I have just given my kids the summer of my childhood.

The summer that sets the scene for all other summer’s to fall obediently in behind it. The pace, the usual suspects, the melancholic flow, the location . . . the perfect formula all now laid out before them for summers to come. And all oh-so familiar to me.


I was one of the lucky kids, the bulk of my childhood holidays were spent beach-side.

My particular girt by sea was the tiny town of Port Fairy in Victoria. Grandma’s house provided the open-all-hours kitchen, and the town laid itself lazily out for my siblings and I to roam freely.

These were the summers of peeling strips of sunburn, living in bathers, the squelch of thongs on melting bitumen, lugging buckets of bait and hand reels, late night book reading by torch and the fine grate of sand in the sheets.



This summer I pulled back the towel on those memories.

I packed up my squids and took them back to Port Fairy to camp with long-lost cousins. While the old haunts may have been tarted up somewhat, the briny smell of the mudflats, the lonely cry of curlews and the thwack of fresh caught fish on the jetty had me standing slap-bang in the middle in my memories. Front row tickets to my childhood, with its shiny promise.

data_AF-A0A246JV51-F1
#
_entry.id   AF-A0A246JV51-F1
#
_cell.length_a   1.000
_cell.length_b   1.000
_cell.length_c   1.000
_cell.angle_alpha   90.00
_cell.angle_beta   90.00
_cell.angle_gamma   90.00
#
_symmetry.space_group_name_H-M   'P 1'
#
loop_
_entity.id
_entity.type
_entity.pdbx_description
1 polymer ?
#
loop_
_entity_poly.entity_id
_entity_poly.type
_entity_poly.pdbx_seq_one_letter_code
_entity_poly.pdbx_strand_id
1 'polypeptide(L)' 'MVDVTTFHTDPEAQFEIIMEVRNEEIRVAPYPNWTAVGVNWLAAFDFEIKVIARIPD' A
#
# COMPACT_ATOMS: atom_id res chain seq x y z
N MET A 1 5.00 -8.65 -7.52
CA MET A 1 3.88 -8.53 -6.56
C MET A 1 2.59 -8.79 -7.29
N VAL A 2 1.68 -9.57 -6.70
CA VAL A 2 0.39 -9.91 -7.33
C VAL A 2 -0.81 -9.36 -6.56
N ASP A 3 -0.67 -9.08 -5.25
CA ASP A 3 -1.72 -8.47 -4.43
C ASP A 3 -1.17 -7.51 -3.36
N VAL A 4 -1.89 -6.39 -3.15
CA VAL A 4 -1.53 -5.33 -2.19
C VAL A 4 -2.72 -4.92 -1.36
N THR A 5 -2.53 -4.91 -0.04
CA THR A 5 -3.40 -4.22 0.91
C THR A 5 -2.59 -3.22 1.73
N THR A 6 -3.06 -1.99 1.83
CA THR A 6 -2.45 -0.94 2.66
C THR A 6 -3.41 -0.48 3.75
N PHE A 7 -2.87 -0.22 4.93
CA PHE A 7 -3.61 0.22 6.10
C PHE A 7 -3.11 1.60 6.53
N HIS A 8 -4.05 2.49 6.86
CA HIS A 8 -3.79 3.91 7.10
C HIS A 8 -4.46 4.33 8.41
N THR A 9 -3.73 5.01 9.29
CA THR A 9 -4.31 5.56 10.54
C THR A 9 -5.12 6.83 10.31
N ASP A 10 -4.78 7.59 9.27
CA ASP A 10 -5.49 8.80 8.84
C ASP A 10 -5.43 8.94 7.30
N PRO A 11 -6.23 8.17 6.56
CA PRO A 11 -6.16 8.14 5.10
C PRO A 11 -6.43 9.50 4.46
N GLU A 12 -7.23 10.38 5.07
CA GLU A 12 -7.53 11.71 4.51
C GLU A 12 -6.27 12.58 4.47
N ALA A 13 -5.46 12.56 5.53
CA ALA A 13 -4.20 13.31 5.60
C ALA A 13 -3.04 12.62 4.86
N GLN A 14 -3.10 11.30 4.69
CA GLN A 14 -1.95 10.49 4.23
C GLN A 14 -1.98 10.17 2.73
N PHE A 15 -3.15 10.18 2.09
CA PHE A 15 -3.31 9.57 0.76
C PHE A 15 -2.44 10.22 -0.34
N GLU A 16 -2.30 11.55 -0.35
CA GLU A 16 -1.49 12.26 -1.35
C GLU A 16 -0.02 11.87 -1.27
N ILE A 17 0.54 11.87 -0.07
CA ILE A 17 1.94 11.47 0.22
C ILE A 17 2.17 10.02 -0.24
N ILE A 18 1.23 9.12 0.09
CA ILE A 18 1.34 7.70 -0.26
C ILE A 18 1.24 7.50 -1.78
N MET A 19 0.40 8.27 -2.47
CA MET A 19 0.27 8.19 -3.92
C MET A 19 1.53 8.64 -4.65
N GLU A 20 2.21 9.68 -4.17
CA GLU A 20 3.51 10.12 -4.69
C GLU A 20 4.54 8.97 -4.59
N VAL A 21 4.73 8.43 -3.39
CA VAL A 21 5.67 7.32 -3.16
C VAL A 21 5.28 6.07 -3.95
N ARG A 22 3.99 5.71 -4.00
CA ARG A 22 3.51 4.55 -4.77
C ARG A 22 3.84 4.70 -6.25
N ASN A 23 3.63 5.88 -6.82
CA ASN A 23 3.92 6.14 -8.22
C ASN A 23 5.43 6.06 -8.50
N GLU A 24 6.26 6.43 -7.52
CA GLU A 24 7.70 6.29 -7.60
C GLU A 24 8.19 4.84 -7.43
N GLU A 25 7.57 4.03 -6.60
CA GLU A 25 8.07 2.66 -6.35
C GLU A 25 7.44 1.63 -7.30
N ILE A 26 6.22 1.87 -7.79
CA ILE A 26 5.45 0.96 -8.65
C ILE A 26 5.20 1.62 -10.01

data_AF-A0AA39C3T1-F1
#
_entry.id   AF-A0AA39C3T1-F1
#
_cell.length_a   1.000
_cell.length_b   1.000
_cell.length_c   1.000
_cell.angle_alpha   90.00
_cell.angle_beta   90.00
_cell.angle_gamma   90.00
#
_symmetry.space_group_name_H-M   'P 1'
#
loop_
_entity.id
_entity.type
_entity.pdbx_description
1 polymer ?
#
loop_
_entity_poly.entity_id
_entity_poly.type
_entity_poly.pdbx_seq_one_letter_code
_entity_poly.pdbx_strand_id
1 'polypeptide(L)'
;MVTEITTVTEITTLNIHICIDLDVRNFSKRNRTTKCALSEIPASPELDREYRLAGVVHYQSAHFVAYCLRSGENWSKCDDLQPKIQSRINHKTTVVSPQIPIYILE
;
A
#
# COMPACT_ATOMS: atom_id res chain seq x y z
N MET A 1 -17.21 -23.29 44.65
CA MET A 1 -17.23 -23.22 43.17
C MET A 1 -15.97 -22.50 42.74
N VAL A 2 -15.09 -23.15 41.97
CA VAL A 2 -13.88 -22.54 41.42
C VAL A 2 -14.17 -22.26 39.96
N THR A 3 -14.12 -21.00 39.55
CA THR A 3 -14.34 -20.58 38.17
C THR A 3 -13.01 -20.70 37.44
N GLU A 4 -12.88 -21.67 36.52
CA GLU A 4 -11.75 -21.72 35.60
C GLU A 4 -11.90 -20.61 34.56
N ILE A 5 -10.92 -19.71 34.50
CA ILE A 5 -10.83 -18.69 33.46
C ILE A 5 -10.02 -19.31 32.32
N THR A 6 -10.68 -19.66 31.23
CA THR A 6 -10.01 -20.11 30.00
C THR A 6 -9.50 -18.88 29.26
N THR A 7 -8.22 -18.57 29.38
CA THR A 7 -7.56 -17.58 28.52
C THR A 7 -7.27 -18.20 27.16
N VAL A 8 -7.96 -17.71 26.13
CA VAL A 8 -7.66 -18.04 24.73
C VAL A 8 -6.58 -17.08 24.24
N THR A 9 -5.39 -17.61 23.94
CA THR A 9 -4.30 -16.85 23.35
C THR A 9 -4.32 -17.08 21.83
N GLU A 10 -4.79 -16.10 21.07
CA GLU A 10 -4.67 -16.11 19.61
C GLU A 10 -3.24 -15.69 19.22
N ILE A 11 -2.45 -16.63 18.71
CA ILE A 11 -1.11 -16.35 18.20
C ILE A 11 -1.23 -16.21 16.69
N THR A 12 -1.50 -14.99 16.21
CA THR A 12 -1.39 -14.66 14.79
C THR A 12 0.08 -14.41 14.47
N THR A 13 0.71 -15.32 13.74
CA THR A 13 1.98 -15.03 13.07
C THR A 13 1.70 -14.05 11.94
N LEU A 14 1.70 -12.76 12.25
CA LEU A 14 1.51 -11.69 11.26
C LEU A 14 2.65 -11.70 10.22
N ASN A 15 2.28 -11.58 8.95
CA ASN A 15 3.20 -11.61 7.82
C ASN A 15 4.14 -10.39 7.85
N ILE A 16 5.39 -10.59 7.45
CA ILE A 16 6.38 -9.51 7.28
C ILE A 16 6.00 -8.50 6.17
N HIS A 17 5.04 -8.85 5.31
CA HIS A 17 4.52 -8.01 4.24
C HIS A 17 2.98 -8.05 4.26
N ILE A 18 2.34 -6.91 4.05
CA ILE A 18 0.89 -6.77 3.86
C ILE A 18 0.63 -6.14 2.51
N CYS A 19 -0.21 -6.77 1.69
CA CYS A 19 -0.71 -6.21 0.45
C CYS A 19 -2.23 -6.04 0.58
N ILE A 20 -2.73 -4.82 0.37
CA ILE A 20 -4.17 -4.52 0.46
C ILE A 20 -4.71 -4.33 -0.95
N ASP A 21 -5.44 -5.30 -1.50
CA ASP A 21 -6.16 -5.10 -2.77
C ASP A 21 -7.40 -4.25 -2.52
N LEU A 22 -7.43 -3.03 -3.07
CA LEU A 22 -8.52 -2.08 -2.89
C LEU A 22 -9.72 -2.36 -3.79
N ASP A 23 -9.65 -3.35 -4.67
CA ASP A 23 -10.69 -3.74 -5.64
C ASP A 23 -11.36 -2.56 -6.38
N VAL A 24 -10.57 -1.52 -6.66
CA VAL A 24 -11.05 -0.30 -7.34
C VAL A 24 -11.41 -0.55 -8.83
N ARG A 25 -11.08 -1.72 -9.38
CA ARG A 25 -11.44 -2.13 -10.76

Life was always better at the beach.



We followed this sojourn up with lazy deck days back home on the Mornington Peninsula and an extended sailing trip on the Gippsland Lakes,  the beach our constant companion.

I watched my children’s days stretch yawningly out ahead of them, spoilt for choice, for playmates, for adventures that drifted along.

But they weren’t holding up each second in awe as I was. I felt nostalgic for my own past summers, while I knew they were impatient to hurtle into the next moment.


I have no doubt though that they will pause in adult years to recall building shelters in the sand-dunes, keeping count of dead Shearwaters, slapping paw paw ointment on surfing rashes and watching for crab traps to be pulled out.




American author Charles Bowden wrote “Summer time is always the best of what might be”.  In my memories and now, I know this to be true.

Summer is life’s time capsule, preserving the moments when we pause and we play.

Bowden was writing of my childhood, and the summers to come for my own children….the best of what might be. It is the best that I can give them.

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